A dealer is unlikely to agree to this but a private seller may be happy to let you do this and then you can find out exactly what you are buying and if there is anything about the car that you should know about.

You could say to the private seller that you would like the car checked out by a local MOT station so they would give it an MOT thorough diagnostic check.
Of course you would have to tell the seller that you would pay for the diagnostic check and for the MOT. If the inspection revealed something that you didn't like and you decided not to buy it then of course you would lose your money on the cost of the inspection that that would be infinitely more desirable than buying a car for a private seller and then within a short time discover that there is something seriously wrong which is going to cost you a lot of money to fix.

It's a shame that so many used-car dealers are untrustworthy because with your consumer rights in place, that would be the best way to buy a car. Although the dealer is making a profit out of you, the liability that they shoulder is what you are paying for. When they decide to make their profit and then shirk their liabilities, then they are ripping you off – and it happens all too often

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Hi

 

Some quick advice needed if possible.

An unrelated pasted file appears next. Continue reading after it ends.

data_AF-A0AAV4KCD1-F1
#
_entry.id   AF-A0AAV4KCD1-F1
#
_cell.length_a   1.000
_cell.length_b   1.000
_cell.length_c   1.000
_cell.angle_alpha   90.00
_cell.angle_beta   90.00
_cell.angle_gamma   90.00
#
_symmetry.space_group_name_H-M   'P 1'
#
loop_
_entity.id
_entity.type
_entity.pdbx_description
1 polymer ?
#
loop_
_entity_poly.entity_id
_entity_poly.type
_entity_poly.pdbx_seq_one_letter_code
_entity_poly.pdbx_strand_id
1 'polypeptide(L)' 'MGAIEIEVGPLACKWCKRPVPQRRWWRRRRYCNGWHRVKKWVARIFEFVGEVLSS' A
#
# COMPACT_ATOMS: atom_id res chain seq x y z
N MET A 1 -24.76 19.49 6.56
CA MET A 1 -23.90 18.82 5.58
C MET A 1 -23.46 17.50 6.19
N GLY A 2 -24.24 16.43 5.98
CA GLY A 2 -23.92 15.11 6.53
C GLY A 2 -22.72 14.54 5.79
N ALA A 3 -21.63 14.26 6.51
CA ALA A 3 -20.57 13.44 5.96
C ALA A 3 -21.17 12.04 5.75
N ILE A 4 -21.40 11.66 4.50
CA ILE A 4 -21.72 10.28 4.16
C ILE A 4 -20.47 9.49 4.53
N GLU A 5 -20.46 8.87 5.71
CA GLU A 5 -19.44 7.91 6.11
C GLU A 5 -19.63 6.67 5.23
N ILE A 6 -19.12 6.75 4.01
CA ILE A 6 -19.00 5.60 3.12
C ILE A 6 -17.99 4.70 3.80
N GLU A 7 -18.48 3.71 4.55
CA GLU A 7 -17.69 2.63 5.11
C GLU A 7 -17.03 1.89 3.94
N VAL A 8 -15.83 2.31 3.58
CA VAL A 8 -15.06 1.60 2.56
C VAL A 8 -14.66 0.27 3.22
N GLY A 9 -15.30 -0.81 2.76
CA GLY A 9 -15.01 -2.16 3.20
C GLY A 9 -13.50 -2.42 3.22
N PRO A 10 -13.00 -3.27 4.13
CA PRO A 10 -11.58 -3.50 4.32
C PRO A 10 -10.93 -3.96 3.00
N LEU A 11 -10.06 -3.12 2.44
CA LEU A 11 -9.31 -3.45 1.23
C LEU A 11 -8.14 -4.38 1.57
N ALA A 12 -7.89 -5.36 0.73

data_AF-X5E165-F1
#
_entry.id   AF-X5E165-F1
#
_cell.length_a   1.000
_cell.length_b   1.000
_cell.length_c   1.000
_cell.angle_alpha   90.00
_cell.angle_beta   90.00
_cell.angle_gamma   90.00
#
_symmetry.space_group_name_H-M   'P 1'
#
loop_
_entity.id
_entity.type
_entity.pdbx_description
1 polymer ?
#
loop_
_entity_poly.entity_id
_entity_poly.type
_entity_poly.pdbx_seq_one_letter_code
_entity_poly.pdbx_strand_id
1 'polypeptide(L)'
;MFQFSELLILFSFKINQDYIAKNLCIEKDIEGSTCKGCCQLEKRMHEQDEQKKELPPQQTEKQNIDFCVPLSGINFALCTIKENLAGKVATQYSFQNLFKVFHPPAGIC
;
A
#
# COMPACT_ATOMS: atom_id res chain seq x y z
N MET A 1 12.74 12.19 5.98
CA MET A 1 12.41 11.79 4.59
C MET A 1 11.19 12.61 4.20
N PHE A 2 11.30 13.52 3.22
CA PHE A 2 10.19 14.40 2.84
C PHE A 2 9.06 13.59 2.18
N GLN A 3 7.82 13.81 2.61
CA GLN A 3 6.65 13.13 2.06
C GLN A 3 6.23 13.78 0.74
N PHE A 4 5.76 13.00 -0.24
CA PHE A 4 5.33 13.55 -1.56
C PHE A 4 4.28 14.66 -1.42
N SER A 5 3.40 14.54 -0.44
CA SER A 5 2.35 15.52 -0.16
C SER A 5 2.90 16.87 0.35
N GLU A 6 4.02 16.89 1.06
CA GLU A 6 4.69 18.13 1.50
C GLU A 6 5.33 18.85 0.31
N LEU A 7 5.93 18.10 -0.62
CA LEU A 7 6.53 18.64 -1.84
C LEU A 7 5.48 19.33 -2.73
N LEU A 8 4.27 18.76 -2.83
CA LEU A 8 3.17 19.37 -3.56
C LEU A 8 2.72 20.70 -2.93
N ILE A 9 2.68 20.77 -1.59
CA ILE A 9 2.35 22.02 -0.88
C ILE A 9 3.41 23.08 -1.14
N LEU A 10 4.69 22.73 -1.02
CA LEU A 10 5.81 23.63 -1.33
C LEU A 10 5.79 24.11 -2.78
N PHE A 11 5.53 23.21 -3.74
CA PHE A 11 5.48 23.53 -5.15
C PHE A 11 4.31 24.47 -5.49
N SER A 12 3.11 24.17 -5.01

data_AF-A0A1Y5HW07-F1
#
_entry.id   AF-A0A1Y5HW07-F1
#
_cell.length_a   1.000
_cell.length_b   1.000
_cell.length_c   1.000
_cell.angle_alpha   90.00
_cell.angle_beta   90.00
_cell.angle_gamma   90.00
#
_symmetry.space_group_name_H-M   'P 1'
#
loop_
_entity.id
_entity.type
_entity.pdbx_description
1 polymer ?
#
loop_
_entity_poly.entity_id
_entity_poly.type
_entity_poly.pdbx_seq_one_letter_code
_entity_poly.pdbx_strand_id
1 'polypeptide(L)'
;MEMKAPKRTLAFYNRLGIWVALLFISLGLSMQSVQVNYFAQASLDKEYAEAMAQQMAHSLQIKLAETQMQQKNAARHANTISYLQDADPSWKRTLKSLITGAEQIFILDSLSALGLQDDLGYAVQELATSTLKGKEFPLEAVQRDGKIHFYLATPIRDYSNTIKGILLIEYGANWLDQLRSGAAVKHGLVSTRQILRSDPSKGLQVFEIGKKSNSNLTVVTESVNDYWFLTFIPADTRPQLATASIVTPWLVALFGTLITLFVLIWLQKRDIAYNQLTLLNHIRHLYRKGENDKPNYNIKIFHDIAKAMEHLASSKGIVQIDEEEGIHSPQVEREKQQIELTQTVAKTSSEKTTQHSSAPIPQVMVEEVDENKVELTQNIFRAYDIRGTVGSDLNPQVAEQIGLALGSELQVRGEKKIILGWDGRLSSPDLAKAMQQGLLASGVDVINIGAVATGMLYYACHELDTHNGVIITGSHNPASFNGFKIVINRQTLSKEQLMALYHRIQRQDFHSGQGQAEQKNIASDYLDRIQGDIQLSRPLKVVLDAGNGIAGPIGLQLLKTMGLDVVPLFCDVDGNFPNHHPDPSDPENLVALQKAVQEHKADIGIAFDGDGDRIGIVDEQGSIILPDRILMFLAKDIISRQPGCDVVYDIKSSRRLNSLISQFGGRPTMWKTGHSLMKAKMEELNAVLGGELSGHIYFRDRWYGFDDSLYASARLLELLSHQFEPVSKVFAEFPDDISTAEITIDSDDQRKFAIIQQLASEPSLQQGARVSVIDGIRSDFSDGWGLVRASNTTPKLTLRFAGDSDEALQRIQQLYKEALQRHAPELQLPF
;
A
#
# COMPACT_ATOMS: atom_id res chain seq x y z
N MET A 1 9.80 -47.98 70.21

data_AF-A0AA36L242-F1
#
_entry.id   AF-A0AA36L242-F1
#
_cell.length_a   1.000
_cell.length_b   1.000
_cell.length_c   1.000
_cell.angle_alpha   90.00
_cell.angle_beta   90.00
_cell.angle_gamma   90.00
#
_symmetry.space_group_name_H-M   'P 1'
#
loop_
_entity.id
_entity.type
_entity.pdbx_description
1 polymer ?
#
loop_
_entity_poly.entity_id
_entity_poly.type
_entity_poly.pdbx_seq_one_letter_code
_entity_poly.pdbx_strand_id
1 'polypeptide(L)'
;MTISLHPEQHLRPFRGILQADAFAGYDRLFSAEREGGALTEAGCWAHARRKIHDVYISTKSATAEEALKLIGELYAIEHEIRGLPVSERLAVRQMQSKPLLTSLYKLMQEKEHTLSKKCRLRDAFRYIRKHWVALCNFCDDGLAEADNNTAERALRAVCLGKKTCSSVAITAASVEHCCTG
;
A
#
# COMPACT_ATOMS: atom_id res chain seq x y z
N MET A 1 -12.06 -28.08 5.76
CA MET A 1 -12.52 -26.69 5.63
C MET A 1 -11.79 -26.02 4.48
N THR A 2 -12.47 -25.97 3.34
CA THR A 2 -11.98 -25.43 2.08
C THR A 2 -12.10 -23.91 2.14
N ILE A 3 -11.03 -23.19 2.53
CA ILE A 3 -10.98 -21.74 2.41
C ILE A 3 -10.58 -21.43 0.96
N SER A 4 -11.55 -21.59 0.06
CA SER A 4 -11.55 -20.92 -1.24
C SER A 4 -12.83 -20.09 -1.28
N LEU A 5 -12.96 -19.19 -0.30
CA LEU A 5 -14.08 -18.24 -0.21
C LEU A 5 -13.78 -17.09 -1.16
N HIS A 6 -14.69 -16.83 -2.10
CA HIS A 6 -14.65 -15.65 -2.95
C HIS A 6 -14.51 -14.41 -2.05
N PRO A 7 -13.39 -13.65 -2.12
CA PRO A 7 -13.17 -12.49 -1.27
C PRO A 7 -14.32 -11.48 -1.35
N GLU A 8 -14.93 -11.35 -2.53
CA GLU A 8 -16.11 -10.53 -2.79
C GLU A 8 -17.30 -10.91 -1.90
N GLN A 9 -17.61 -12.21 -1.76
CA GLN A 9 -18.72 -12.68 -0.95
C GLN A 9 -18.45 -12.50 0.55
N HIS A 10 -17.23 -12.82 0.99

My eldest daughter is buying her first car and doesn’t want finance due to the interest so is opting for a bank loan (£10,000) to purchase the car.

 

Ive read about not paying by bank transfer or cash.  How should she pay?  She doesn’t have a credit card and this is her first ever credit.  She was just going to pay by debit card but don’t know if this offers her the same protection as a credit card.

 

Thank you

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Chargeback is typically limited to 120 days if you use a debit card, though with special exceptions it can be 540 days..

 

dont forget your consumer rights extend to poss 6yrs, .....

please don't hit Quote...just type we know what we said earlier..

DCA's view debtors as suckers, marks and mugs

NO DCA has ANY legal powers whatsoever on ANY debt no matter what it's Type

and they

are NOT and can NEVER  be BAILIFFS. even if a debt has been to court..

If everyone stopped blindly paying DCA's Tomorrow, their industry would collapse overnight...